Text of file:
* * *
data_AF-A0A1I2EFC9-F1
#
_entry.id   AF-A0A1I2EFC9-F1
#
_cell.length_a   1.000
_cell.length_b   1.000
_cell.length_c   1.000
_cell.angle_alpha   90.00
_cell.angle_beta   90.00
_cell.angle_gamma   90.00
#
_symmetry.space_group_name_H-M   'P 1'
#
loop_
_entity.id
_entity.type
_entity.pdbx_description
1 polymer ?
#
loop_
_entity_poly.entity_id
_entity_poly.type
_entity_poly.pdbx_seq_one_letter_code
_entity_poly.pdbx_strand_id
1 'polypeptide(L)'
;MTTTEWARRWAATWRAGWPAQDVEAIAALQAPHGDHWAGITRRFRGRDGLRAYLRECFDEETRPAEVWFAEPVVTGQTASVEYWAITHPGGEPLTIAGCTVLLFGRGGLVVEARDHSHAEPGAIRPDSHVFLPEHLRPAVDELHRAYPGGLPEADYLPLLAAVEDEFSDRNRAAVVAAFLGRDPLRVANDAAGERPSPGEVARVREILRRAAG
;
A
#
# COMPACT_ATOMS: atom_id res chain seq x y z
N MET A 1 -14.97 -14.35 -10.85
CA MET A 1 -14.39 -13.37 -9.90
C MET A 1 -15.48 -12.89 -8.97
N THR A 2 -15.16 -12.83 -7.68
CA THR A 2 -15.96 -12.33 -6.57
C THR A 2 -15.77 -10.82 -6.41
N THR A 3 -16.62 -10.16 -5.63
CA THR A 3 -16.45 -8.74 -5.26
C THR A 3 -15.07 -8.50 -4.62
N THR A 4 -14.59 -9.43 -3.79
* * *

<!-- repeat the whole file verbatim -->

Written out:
data_AF-A0A1I2EFC9-F1
#
_entry.id   AF-A0A1I2EFC9-F1
#
_cell.length_a   1.000
_cell.length_b   1.000
_cell.length_c   1.000
_cell.angle_alpha   90.00
_cell.angle_beta   90.00
_cell.angle_gamma   90.00
#
_symmetry.space_group_name_H-M   'P 1'
#
loop_
_entity.id
_entity.type
_entity.pdbx_description
1 polymer ?
#
loop_
_entity_poly.entity_id
_entity_poly.type
_entity_poly.pdbx_seq_one_letter_code
_entity_poly.pdbx_strand_id
1 'polypeptide(L)'
;MTTTEWARRWAATWRAGWPAQDVEAIAALQAPHGDHWAGITRRFRGRDGLRAYLRECFDEETRPAEVWFAEPVVTGQTASVEYWAITHPGGEPLTIAGCTVLLFGRGGLVVEARDHSHAEPGAIRPDSHVFLPEHLRPAVDELHRAYPGGLPEADYLPLLAAVEDEFSDRNRAAVVAAFLGRDPLRVANDAAGERPSPGEVARVREILRRAAG
;
A
#
# COMPACT_ATOMS: atom_id res chain seq x y z
N MET A 1 -14.97 -14.35 -10.85
CA MET A 1 -14.39 -13.37 -9.90
C MET A 1 -15.48 -12.89 -8.97
N THR A 2 -15.16 -12.83 -7.68
CA THR A 2 -15.96 -12.33 -6.57
C THR A 2 -15.77 -10.82 -6.41
N THR A 3 -16.62 -10.16 -5.63
CA THR A 3 -16.45 -8.74 -5.26
C THR A 3 -15.07 -8.50 -4.62
N THR A 4 -14.59 -9.43 -3.79